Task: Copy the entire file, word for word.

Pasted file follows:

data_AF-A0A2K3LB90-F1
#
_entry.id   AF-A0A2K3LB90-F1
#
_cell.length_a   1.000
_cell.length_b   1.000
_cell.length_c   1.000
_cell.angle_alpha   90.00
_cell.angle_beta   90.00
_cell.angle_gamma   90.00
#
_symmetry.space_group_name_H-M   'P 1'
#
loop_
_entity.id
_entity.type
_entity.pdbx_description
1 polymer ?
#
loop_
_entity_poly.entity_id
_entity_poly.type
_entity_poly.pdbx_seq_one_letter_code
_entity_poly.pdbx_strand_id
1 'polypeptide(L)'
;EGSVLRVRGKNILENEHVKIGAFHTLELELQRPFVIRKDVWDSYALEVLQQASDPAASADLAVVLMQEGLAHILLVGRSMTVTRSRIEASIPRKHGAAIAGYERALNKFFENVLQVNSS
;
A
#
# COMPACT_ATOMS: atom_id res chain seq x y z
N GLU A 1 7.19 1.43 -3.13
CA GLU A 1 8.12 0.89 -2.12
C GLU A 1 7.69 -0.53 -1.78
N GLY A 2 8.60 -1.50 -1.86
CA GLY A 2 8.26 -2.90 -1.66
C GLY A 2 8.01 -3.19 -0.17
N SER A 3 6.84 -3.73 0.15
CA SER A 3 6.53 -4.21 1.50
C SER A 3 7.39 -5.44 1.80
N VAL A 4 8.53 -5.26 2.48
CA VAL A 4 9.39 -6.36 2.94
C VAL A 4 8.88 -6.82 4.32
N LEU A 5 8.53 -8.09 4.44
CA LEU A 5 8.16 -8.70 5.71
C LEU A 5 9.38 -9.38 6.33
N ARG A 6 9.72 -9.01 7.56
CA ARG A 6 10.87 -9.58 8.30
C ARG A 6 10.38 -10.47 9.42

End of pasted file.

data_AF-A0A2K3LB90-F1
#
_entry.id   AF-A0A2K3LB90-F1
#
_cell.length_a   1.000
_cell.length_b   1.000
_cell.length_c   1.000
_cell.angle_alpha   90.00
_cell.angle_beta   90.00
_cell.angle_gamma   90.00
#
_symmetry.space_group_name_H-M   'P 1'
#
loop_
_entity.id
_entity.type
_entity.pdbx_description
1 polymer ?
#
loop_
_entity_poly.entity_id
_entity_poly.type
_entity_poly.pdbx_seq_one_letter_code
_entity_poly.pdbx_strand_id
1 'polypeptide(L)'
;EGSVLRVRGKNILENEHVKIGAFHTLELELQRPFVIRKDVWDSYALEVLQQASDPAASADLAVVLMQEGLAHILLVGRSMTVTRSRIEASIPRKHGAAIAGYERALNKFFENVLQVNSS
;
A
#
# COMPACT_ATOMS: atom_id res chain seq x y z
N GLU A 1 7.19 1.43 -3.13
CA GLU A 1 8.12 0.89 -2.12
C GLU A 1 7.69 -0.53 -1.78
N GLY A 2 8.60 -1.50 -1.86
CA GLY A 2 8.26 -2.90 -1.66
C GLY A 2 8.01 -3.19 -0.17
N SER A 3 6.84 -3.73 0.15
CA SER A 3 6.53 -4.21 1.50
C SER A 3 7.39 -5.44 1.80
N VAL A 4 8.53 -5.26 2.48
CA VAL A 4 9.39 -6.36 2.94
C VAL A 4 8.88 -6.82 4.32
N LEU A 5 8.53 -8.09 4.44
CA LEU A 5 8.16 -8.70 5.71
C LEU A 5 9.38 -9.38 6.33
N ARG A 6 9.72 -9.01 7.56
CA ARG A 6 10.87 -9.58 8.30
C ARG A 6 10.38 -10.47 9.42